Students gather facts through research and investigation and make their own conclusions.
|Consideration of Alternative Perspectives: |
|Multiple Dimensions of Problems & Solutions||Good|
|Multiple Dimensions of Problems & Solutions: |
Effectively addresses the environmental, economic and social dimensions of the issue(s) being explored.
The resource encourages open-end solutions and relates environmental issues to the complexities of human activity.
|Respects Complexity: |
The complexity of the problems/issues being discussed is respected.
|Acting on Learning||Very Good|
The resource serves as a step by step manual for planning and implementing an action plan.
|Acting on Learning: |
Learning moves from understanding issues to working towards positive change — in personal lifestyle, in school, in the community, or for the planet
|Values Education: |
Students are explicitly provided with opportunities to identify, clarify and express their own beliefs/values.
|Empathy & Respect for Humans||Satisfactory|
|Empathy & Respect for Humans: Empathy and respect are fostered for diverse groups of humans (including different genders, ethnic groups, sexual preferences, etc.).|
|Personal Affinity with Earth||Good|
This resource emphasizes the importance of citizen science and the message is "stormwater matters because the planet matters.
|Personal Affinity with Earth: |
Encourages a personal affinity with -the natural world.
|Locally-Focused Learning||Very Good|
Students create action plans to reduce the effects of storm water run off in their own school yard.
|Locally-Focused Learning: |
Includes learning experiences that take advantage of issues/elements within the local community.
|Past, Present & Future||Good|
|Past, Present & Future: Promotes an understanding of the past, a sense of the present, and a positive vision for the future.|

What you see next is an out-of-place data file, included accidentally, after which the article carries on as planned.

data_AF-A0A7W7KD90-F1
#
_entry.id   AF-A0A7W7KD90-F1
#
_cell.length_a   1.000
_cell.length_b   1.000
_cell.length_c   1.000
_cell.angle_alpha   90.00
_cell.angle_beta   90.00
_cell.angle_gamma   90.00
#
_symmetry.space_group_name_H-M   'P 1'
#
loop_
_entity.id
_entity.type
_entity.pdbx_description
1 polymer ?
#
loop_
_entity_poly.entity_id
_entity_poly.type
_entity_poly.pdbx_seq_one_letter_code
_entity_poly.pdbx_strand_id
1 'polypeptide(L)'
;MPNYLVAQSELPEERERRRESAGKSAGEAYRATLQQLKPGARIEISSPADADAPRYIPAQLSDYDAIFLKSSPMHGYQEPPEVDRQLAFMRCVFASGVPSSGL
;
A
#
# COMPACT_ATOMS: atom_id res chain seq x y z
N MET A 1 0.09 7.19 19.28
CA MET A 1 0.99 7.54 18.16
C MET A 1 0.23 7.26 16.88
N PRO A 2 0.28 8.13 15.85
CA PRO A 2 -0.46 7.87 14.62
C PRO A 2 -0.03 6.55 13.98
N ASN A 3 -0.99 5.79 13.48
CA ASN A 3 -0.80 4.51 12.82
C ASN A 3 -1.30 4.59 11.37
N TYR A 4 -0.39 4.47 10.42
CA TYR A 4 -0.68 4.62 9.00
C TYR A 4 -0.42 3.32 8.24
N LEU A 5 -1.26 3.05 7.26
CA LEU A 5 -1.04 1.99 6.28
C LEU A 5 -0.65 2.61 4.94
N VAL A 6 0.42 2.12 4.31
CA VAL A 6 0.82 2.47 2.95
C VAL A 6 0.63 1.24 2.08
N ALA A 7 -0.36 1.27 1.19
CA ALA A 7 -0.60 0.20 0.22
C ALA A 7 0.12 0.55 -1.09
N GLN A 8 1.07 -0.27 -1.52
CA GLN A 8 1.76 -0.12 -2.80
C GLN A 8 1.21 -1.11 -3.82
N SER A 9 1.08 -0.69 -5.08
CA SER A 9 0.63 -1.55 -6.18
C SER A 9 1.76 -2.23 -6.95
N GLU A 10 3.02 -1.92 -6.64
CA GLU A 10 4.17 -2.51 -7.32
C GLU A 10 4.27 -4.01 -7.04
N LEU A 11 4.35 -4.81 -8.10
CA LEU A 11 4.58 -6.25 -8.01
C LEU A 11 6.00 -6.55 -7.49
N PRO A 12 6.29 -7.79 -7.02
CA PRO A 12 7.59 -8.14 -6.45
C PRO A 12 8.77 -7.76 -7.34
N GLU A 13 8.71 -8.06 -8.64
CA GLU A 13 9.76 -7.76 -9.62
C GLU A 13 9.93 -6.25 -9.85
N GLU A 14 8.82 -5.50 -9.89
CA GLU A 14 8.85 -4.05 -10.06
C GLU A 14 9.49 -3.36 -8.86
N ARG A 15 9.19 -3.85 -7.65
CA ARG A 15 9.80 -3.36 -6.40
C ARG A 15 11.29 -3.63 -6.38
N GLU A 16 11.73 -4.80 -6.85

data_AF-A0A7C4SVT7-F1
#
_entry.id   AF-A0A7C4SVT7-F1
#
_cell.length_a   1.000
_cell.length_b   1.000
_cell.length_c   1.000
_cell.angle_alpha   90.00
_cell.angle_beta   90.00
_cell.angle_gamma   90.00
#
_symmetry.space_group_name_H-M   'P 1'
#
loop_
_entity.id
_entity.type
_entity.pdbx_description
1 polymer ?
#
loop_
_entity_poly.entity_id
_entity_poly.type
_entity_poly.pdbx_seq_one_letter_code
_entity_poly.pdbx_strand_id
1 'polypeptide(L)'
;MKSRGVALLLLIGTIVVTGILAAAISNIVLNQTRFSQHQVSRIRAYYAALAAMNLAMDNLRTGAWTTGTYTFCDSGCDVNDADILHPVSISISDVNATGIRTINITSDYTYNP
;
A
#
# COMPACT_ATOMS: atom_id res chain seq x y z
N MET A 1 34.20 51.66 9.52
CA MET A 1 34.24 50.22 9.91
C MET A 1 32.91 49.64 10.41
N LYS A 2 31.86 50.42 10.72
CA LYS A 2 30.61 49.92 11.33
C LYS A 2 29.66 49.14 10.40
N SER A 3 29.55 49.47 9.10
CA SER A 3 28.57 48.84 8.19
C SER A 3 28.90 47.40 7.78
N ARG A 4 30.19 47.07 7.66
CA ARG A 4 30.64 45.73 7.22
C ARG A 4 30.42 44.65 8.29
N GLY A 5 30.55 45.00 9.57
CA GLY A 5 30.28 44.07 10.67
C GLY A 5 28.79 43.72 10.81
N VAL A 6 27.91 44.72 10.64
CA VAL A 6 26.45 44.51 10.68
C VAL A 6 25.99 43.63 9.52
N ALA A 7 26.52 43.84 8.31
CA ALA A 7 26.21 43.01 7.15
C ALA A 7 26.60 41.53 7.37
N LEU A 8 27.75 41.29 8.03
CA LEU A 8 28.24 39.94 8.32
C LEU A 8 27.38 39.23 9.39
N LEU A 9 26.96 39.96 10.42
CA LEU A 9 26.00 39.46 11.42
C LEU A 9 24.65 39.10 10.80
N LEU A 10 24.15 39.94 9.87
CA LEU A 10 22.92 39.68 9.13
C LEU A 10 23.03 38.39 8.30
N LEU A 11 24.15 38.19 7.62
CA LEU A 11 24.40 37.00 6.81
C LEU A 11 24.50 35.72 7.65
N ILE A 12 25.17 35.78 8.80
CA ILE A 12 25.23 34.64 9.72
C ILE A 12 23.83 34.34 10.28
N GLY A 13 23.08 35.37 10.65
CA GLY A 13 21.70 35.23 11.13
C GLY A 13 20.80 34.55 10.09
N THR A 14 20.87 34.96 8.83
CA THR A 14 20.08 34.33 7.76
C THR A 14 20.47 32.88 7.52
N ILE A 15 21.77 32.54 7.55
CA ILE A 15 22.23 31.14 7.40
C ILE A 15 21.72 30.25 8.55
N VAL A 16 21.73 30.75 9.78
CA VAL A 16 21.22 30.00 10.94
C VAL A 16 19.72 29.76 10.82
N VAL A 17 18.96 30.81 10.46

Students are encouraged to consider and develop their own thoughts and opinions.
Lessons are structured so that multiple/complex answers are possible; students are not steered toward one 'right' answer.
Although primarily a science resource, there are opportunities to address outcomes in geography and social studies. The focus of the resource is the development of the action plan and the lines between subject boundaries are definitely blurred.
|Integrated Learning: |
Learning brings together content and skills from more than one subject area
|Inquiry Learning: |
Learning is directed by questions, problems, or challenges that students work to address.
There are no accommodations suggested for students with learning difficulties. The resource has a wide variety of activities including exploring various research techniques, experiential out-of-doors learning, using concept maps, creating videos, pamphlets and brochures, writing letters and proposals for action, and participating in various types of presentations.
|Differentiated Instruction: |
Activities address a range of student learning styles, abilities and readiness.
|Experiential Learning||Very Good|
|Experiential Learning: |
Authentic learning experiences are provided
|Cooperative Learning: |
Group and cooperative learning strategies are a priority.
|Assessment & Evaluation||Poor/Not considered|
Although reflection questions are provided, it is up to the teacher to design assessment tools.
|Assessment & Evaluation: Tools are provided that help students and teachers to capture formative and summative information about students' learning and performance. These tools may include reflection questions, checklists, rubrics, etc.|
|Peer Teaching: |
Provides opportunities for students to actively present their knowledge and skills to peers and/or act as teachers and mentors.
|Case Studies||Very Good|
Relevant and varied case studies are used throughout the resource. They are relevant to the purpose of each stage and will help students make connections and send their own action plan in an appropriate direction.
|Case Studies: |
Relevant case studies are included. Case studies are thorough descriptions of real events from real situations that students use to explore concepts in an authentic context.
|Locus of Control||Very Good|
|Locus of Control: Meaningful opportunities are provided for students to choose elements of program content, the medium in which they wish to work, and/or to go deeper into a chosen issue.|